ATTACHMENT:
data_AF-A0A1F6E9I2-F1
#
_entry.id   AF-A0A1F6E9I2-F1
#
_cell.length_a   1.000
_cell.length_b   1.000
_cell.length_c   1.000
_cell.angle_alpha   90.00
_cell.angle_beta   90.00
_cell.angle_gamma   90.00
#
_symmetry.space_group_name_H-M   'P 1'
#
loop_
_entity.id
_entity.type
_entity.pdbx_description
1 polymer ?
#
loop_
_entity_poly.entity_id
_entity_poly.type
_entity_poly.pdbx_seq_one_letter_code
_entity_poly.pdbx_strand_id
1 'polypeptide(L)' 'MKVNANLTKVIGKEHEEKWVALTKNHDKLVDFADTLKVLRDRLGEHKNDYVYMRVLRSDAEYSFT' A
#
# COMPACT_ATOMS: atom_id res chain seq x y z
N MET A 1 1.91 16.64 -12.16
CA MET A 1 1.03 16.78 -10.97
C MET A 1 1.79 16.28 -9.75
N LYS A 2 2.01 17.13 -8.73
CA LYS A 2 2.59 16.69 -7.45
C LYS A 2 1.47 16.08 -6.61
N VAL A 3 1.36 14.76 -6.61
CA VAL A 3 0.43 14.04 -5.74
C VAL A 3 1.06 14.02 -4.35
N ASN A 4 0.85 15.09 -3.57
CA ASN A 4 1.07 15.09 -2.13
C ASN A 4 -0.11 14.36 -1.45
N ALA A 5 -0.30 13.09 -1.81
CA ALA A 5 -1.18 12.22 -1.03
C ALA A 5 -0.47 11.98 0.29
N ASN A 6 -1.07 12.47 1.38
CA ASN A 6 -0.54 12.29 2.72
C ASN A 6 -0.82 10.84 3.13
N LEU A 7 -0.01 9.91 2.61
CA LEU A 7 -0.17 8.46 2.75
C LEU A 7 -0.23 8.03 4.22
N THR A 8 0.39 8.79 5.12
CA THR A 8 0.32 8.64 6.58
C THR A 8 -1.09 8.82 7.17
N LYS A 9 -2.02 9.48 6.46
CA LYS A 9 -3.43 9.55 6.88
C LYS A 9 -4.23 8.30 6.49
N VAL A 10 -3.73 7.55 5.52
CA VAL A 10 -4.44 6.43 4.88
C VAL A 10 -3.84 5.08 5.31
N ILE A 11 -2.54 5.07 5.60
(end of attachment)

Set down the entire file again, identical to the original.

data_AF-A0A1F6E9I2-F1
#
_entry.id   AF-A0A1F6E9I2-F1
#
_cell.length_a   1.000
_cell.length_b   1.000
_cell.length_c   1.000
_cell.angle_alpha   90.00
_cell.angle_beta   90.00
_cell.angle_gamma   90.00
#
_symmetry.space_group_name_H-M   'P 1'
#
loop_
_entity.id
_entity.type
_entity.pdbx_description
1 polymer ?
#
loop_
_entity_poly.entity_id
_entity_poly.type
_entity_poly.pdbx_seq_one_letter_code
_entity_poly.pdbx_strand_id
1 'polypeptide(L)' 'MKVNANLTKVIGKEHEEKWVALTKNHDKLVDFADTLKVLRDRLGEHKNDYVYMRVLRSDAEYSFT' A
#
# COMPACT_ATOMS: atom_id res chain seq x y z
N MET A 1 1.91 16.64 -12.16
CA MET A 1 1.03 16.78 -10.97
C MET A 1 1.79 16.28 -9.75
N LYS A 2 2.01 17.13 -8.73
CA LYS A 2 2.59 16.69 -7.45
C LYS A 2 1.47 16.08 -6.61
N VAL A 3 1.36 14.76 -6.61
CA VAL A 3 0.43 14.04 -5.74
C VAL A 3 1.06 14.02 -4.35
N ASN A 4 0.85 15.09 -3.57
CA ASN A 4 1.07 15.09 -2.13
C ASN A 4 -0.11 14.36 -1.45
N ALA A 5 -0.30 13.09 -1.81
CA ALA A 5 -1.18 12.22 -1.03
C ALA A 5 -0.47 11.98 0.29
N ASN A 6 -1.07 12.47 1.38
CA ASN A 6 -0.54 12.29 2.72
C ASN A 6 -0.82 10.84 3.13
N LEU A 7 -0.01 9.91 2.61
CA LEU A 7 -0.17 8.46 2.75
C LEU A 7 -0.23 8.03 4.22
N THR A 8 0.39 8.79 5.12
CA THR A 8 0.32 8.64 6.58
C THR A 8 -1.09 8.82 7.17
N LYS A 9 -2.02 9.48 6.46
CA LYS A 9 -3.43 9.55 6.88
C LYS A 9 -4.23 8.30 6.49
N VAL A 10 -3.73 7.55 5.52
CA VAL A 10 -4.44 6.43 4.88
C VAL A 10 -3.84 5.08 5.31
N ILE A 11 -2.54 5.07 5.60